Tuesday, September 20, 2011

The grasshopper with the beautiful red legs...

Late Sunday afternoon after getting home from the bird symposium, I headed over to the Little Miami River to decompress and look for a few migrating warblers. Almost immediately an American Redstart and a female Chestnut-sided Warbler flew into view, and a Yellow-billed Cuckoo sang his knocking song the entire time I was there. Lots of other birds made an appearance too, including all the usual suspects, but this little grasshopper is what really caught my attention, so I hunkered down to watch and photograph it...

...a Red-legged Locust (Melanoplus femur-rubrum)--also know as a Red-legged Grasshopper, cleans its antenna. I never really noticed how short a grasshopper's antenna (or "horns") were compared to the size of its body. Lang Elliott points this out in his book, "The Songs of Insects," where he mentions antenna size is a distinguishing characteristic between katydids ("long-horned" grasshoppers) and locusts ("short-horned" grasshoppers).

Red-legged Grasshoppers are members of the genus Spur-throated Grasshoppers (Melanoplus).

Spur-throated Grasshoppers do not sing. I read that fact in "The Songs of Insects," by Lang Elliott. I had always assumed locusts sang just like katydids, crickets and cicadas. Elliott clued me in...only Slant-faced Grasshoppers fiddle and sing (or stridulate). Their songs are "soft and muffled" (Elliott, 178). They fiddle by rubbing the inner surface of their hind femurs (upper leg) against the edges of their forewings. The spines you see along the tibia of the Red-legged Grasshopper are for gripping, not stridulating.

...when I arrived at the river, the skies were heavy with grey clouds and darkness was seeping in among the grasses. I didn't know if the photos would turn out. They are not great, but they are good enough to capture the grasshopper's coloring. With red legs, a yellowish underbody, and a greenish head, she's hard to miss...

...striated muscles are bound in the beautiful herringbone pattern that makes up the hind leg (femur). Those muscles fuel the incredible jump that allows grasshoppers to cover lots of space with what looks like little effort.

Note After sniffing around the Internet a bit, I found a very interesting and helpful site detailing how a grasshopper jumps--seems the mechanics of a catapult are at play. Click here for a link to a video of the catapult in the knee of a grasshopper (by the University of St. Andrews, Scotland, UK). Click here for the first page in a step-by-step series explaining how a grasshopper jumps (keep clicking "next" to read the entire explanation--also by the University of St. Andrews). If humans had the same capabilities, we would be able to fling ourselves over 40 feet away.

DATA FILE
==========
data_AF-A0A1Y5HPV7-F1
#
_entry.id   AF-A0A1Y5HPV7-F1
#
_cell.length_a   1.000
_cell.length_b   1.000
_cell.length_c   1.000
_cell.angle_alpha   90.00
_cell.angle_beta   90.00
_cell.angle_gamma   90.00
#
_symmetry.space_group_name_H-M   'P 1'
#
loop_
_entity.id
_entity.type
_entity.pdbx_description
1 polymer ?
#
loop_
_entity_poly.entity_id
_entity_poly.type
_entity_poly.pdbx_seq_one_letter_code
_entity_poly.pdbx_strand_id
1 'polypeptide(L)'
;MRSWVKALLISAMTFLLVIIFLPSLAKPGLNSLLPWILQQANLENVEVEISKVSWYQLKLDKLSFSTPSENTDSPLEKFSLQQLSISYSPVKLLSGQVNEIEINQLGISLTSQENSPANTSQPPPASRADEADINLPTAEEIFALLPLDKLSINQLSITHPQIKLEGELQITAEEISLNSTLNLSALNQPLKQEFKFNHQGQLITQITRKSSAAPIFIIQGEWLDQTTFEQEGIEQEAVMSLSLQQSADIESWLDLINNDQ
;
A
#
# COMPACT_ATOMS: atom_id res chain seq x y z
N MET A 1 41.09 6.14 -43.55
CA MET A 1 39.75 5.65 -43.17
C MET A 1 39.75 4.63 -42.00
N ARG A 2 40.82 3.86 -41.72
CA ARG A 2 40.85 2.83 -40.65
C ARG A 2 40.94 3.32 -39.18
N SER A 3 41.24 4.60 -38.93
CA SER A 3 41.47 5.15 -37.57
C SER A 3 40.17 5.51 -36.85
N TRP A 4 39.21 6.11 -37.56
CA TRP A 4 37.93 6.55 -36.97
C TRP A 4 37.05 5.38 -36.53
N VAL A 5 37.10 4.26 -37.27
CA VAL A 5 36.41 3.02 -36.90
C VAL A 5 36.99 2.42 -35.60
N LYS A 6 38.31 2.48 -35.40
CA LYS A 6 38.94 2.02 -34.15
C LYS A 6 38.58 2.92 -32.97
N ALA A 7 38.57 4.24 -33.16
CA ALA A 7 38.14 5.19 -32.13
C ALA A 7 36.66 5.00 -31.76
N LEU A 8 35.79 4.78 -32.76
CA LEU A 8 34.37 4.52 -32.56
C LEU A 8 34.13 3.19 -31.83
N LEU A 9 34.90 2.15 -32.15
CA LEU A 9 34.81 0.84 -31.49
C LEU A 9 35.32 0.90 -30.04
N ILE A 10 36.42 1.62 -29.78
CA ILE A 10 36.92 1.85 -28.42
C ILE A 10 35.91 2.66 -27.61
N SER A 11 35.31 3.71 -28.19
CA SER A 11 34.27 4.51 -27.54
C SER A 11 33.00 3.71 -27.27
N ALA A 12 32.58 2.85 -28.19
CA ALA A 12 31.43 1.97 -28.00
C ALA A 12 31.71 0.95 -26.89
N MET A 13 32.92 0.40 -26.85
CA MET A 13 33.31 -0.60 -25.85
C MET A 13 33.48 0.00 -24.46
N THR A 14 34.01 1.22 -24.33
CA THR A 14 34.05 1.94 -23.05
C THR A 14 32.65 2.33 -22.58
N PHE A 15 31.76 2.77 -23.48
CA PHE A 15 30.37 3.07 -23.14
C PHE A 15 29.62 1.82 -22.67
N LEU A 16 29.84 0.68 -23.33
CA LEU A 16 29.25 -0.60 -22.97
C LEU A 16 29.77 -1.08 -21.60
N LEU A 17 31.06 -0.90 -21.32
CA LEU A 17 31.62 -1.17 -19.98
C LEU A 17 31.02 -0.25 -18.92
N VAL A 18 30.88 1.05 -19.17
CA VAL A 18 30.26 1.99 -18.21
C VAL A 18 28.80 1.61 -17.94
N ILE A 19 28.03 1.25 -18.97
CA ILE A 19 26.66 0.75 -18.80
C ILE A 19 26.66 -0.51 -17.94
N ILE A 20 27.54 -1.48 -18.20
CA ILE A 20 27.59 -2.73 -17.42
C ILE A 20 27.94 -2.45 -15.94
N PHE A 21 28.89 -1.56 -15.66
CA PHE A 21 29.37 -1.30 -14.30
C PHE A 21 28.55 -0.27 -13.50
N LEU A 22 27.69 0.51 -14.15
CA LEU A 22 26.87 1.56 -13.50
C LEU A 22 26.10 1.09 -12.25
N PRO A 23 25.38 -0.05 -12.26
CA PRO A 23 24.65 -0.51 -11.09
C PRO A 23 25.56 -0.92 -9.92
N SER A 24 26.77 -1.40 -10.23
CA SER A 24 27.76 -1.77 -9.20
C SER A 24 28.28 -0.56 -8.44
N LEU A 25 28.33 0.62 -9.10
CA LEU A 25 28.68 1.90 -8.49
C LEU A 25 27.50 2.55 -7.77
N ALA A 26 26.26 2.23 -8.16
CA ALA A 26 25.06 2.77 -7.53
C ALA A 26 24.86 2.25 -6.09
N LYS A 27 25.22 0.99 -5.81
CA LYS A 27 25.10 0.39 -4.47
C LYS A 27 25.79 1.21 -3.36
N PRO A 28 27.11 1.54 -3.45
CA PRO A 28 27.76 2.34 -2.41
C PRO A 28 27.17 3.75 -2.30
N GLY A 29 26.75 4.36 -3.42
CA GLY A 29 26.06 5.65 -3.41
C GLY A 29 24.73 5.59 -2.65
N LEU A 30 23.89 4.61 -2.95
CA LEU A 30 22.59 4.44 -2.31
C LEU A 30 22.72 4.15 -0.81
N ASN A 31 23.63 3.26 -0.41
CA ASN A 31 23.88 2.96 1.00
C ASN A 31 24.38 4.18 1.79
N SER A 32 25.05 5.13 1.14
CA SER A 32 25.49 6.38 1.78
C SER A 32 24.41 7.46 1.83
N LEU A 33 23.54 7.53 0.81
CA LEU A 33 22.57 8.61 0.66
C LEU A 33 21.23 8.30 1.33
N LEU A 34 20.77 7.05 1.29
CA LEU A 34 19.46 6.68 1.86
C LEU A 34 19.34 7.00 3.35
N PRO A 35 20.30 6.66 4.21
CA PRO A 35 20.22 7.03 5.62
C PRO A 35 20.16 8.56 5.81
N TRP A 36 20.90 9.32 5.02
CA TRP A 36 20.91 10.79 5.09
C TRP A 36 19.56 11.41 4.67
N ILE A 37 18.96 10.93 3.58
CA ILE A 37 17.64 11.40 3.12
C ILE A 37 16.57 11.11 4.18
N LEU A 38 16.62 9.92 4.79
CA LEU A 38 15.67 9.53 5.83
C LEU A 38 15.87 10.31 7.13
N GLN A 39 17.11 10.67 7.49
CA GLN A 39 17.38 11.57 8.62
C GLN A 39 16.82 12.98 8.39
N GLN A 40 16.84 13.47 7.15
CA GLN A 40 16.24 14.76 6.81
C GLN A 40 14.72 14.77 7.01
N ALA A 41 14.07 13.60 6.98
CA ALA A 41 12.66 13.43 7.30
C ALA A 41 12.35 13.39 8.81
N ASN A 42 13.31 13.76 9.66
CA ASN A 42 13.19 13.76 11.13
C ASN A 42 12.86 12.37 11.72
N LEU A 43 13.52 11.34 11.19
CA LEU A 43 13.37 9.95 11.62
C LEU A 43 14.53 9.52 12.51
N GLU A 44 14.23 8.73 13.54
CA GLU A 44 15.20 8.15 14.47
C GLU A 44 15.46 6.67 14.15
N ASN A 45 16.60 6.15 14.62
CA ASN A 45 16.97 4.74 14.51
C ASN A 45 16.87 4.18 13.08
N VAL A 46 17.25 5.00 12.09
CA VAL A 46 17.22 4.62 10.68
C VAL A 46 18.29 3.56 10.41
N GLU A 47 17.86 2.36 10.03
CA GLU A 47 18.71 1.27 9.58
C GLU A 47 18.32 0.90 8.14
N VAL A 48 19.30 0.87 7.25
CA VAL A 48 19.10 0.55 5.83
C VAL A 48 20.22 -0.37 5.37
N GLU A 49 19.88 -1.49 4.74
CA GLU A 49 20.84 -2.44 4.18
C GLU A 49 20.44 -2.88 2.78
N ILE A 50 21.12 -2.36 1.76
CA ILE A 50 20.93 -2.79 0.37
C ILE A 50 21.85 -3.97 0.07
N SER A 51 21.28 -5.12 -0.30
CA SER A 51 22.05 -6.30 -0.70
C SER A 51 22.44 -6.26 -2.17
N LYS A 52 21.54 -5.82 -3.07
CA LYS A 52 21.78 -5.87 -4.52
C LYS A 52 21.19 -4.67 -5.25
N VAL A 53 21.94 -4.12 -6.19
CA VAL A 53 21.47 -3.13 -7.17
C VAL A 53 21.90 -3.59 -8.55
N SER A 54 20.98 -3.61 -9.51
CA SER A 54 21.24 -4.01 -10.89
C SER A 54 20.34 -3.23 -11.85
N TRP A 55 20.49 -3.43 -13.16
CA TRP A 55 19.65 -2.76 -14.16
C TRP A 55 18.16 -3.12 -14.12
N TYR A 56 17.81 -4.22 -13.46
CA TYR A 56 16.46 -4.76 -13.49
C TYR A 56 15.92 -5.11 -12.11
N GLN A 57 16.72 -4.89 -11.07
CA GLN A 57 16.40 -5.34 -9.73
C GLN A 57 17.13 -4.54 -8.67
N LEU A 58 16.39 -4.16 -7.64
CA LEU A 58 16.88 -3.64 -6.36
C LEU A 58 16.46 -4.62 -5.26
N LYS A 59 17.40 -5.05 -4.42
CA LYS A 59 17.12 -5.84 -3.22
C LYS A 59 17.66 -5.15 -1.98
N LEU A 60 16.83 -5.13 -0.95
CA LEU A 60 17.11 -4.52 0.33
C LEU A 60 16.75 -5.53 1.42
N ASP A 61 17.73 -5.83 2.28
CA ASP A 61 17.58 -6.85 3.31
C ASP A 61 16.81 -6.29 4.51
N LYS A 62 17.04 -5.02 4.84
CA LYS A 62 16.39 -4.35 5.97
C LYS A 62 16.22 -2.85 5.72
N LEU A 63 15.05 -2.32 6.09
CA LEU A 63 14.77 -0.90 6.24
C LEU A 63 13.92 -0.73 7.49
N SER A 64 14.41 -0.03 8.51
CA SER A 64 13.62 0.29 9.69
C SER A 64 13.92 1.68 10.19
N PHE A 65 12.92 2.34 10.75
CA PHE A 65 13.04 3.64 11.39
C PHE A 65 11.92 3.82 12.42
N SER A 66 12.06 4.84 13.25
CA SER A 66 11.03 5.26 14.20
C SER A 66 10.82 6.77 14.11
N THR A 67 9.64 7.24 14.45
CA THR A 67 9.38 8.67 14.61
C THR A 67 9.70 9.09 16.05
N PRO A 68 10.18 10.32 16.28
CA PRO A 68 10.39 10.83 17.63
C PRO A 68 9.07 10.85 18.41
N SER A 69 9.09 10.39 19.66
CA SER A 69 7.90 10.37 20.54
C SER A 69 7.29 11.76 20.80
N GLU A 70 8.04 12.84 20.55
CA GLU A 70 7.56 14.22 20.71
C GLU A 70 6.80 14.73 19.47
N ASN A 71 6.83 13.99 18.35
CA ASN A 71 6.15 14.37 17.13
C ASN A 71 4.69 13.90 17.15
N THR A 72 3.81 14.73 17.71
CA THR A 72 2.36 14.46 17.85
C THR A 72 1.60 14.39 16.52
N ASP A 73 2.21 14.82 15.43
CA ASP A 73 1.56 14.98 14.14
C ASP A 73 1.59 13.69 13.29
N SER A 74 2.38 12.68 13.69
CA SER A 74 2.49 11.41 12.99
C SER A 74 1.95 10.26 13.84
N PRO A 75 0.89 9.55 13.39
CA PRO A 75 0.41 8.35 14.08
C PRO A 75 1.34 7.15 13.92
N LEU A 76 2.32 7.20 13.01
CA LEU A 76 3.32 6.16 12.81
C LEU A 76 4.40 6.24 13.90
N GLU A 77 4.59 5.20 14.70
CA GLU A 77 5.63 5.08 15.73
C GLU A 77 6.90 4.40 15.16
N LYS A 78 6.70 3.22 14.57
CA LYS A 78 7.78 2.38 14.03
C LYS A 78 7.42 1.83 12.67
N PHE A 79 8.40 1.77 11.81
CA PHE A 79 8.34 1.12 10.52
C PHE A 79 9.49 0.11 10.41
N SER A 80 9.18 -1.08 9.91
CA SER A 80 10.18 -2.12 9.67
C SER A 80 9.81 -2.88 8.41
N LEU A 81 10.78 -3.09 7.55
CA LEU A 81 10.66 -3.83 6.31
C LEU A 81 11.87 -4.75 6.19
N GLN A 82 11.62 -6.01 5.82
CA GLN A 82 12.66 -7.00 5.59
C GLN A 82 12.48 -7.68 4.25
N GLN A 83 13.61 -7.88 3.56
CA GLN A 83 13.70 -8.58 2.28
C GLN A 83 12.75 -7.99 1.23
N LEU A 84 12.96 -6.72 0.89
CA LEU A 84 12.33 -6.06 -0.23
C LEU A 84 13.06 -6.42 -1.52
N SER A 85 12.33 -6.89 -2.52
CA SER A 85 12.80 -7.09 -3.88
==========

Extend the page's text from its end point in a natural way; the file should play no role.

...Red-legged Grasshopper (Locust) backlit in the fading afternoon light.

I love the little claws at the end of the talus that help them climb.

Have you ever seen a grasshopper poop?
...and did you ever think you'd see a title like that on my blog? I wasn't going to include these photos, but Matty convinced me "the news must be reported mom, and a grasshopper pooping is news...especially to my friends." So...here it is, for Matty's friends and other boys 12-16. Until Sunday, I had no idea what grasshopper excrement looked like because I'd never seen one defecate...so I guess you really do learn something new every day...





p.s. A neat book I found on the web is called "The Grasshopper Book," by Wilfrid S. Bronson. It was written for children in 1894. Click here for the preview. I loved the language and the artwork and am going to try to find it. Here is a brief excerpt:
Finally there comes a fair spring day when the lucky little grasshoppers hatch. The majority of insects begin life as caterpillars or maggots or grubs of some sort, eat furiously for a while, and then sink into a deep sleep during which all the alterations come about that change them from infants into adults. Their baby state is very different from the grown-up state. A caterpillar looks nothing like a butterfly, a maggot isn't like a fly, a grub bears no resemblance to a beetle or an ant. But a baby grasshopper is a grasshopper from the start. Lacking only wings, it is otherwise like its parents, except, of course, in its proportions. In common with many other infant animals, it has a head and legs which look a lot too large for its body. Besides the droll appearance this creates, it even shares a little of their look of charming innocence.